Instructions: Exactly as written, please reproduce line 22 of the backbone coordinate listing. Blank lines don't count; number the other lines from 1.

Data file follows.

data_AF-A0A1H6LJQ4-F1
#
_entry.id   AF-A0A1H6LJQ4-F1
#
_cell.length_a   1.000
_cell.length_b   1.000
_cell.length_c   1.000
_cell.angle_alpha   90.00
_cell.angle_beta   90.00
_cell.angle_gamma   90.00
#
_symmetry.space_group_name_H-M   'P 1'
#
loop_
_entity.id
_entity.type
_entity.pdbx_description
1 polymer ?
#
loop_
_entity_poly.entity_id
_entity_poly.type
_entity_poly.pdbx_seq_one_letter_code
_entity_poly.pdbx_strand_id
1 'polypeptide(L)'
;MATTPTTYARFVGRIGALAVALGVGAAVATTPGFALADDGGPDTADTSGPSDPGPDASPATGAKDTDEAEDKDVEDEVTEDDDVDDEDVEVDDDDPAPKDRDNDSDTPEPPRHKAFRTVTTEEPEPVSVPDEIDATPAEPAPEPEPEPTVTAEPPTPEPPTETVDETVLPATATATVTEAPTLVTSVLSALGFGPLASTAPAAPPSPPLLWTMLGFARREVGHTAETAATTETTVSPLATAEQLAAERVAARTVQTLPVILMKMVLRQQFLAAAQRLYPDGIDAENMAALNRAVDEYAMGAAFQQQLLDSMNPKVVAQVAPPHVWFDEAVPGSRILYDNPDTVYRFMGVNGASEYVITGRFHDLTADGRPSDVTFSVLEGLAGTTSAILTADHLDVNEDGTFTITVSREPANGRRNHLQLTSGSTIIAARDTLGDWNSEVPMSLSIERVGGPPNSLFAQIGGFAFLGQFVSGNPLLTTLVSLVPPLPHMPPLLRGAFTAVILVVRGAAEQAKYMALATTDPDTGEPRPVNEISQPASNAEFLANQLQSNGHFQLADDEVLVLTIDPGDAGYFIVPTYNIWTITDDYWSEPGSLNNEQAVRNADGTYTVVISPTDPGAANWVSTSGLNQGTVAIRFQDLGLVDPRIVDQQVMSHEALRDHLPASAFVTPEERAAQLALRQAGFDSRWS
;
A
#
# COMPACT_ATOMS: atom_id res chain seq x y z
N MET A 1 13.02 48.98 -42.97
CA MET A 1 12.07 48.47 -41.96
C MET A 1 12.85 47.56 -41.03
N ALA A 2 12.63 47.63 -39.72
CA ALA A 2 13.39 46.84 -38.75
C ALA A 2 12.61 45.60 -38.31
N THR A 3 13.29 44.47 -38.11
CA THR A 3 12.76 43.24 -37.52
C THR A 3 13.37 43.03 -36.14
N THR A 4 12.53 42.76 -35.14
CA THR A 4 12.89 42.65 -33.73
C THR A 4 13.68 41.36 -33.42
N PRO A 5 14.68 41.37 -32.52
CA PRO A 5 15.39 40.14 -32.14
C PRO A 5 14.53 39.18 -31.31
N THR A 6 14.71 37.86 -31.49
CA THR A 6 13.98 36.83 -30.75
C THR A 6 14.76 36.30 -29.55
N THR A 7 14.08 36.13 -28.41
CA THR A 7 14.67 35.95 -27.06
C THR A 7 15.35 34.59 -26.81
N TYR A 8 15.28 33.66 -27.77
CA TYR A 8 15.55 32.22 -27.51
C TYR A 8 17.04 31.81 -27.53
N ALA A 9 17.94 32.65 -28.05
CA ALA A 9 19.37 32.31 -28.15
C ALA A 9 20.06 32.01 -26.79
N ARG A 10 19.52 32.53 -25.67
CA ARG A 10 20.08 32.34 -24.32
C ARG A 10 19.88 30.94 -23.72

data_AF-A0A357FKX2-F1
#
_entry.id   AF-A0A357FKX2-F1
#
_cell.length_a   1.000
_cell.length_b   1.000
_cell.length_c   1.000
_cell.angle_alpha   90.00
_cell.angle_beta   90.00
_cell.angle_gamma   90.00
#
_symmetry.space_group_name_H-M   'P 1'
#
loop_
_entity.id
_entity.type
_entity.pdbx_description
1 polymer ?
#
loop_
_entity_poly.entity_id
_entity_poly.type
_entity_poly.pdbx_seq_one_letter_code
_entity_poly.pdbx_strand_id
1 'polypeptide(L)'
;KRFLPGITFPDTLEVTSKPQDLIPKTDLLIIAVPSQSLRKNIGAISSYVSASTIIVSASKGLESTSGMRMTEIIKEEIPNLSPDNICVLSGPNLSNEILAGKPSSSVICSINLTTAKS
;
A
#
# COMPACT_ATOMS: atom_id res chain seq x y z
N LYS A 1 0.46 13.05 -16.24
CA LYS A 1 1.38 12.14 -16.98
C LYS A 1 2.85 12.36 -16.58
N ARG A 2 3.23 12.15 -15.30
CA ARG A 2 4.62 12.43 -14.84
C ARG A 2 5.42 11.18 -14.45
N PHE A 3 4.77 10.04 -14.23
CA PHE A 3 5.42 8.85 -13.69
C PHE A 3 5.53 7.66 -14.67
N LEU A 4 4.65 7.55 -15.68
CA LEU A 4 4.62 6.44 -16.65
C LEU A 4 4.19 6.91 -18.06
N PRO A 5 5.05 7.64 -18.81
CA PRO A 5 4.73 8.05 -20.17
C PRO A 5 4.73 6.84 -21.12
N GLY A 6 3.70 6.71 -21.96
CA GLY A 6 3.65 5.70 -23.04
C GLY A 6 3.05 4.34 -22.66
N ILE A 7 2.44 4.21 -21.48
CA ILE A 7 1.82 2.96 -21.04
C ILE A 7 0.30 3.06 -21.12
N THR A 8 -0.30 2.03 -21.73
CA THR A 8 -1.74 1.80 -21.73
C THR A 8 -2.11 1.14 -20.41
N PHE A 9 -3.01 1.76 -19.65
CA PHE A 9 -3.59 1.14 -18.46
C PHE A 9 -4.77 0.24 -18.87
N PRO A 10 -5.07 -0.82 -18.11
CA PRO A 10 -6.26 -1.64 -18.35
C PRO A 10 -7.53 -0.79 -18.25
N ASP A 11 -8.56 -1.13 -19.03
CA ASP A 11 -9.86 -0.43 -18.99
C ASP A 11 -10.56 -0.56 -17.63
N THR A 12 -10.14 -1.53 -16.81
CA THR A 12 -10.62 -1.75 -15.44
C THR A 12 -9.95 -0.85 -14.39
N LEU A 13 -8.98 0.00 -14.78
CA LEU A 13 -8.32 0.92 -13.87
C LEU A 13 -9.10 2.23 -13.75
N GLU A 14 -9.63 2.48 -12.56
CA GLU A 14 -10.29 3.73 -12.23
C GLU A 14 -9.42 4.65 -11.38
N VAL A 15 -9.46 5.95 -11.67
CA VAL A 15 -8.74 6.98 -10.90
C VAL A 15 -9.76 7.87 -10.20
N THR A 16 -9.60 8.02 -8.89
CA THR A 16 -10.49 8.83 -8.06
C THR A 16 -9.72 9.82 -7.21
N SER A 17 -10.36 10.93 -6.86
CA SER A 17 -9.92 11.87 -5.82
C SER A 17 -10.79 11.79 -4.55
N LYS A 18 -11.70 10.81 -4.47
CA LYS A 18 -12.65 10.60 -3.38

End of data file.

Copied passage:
_entity_poly.type